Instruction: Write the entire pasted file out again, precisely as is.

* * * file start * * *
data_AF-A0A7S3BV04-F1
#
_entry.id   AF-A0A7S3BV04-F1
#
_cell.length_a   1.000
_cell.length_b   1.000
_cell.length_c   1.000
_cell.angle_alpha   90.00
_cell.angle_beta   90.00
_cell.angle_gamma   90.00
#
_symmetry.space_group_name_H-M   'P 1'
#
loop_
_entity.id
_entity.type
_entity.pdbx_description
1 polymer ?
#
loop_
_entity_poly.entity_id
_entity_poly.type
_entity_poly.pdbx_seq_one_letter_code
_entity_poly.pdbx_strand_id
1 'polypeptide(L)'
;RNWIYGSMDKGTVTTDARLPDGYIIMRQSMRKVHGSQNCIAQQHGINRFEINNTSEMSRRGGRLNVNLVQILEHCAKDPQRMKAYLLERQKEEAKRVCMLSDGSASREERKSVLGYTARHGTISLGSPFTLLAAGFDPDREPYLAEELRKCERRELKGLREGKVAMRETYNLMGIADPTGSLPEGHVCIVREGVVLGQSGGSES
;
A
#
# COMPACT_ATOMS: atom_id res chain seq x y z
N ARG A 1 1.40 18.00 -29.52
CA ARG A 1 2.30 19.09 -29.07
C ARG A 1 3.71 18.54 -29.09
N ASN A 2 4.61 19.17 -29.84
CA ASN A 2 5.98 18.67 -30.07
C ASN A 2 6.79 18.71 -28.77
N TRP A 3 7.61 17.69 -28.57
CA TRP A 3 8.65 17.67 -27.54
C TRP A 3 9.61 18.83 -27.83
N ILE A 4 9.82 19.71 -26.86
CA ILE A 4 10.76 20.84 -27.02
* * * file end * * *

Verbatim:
data_AF-A0A7S3BV04-F1
#
_entry.id   AF-A0A7S3BV04-F1
#
_cell.length_a   1.000
_cell.length_b   1.000
_cell.length_c   1.000
_cell.angle_alpha   90.00
_cell.angle_beta   90.00
_cell.angle_gamma   90.00
#
_symmetry.space_group_name_H-M   'P 1'
#
loop_
_entity.id
_entity.type
_entity.pdbx_description
1 polymer ?
#
loop_
_entity_poly.entity_id
_entity_poly.type
_entity_poly.pdbx_seq_one_letter_code
_entity_poly.pdbx_strand_id
1 'polypeptide(L)'
;RNWIYGSMDKGTVTTDARLPDGYIIMRQSMRKVHGSQNCIAQQHGINRFEINNTSEMSRRGGRLNVNLVQILEHCAKDPQRMKAYLLERQKEEAKRVCMLSDGSASREERKSVLGYTARHGTISLGSPFTLLAAGFDPDREPYLAEELRKCERRELKGLREGKVAMRETYNLMGIADPTGSLPEGHVCIVREGVVLGQSGGSES
;
A
#
# COMPACT_ATOMS: atom_id res chain seq x y z
N ARG A 1 1.40 18.00 -29.52
CA ARG A 1 2.30 19.09 -29.07
C ARG A 1 3.71 18.54 -29.09
N ASN A 2 4.61 19.17 -29.84
CA ASN A 2 5.98 18.67 -30.07
C ASN A 2 6.79 18.71 -28.77
N TRP A 3 7.61 17.69 -28.57
CA TRP A 3 8.65 17.67 -27.54
C TRP A 3 9.61 18.83 -27.83
N ILE A 4 9.82 19.71 -26.86
CA ILE A 4 10.76 20.84 -27.02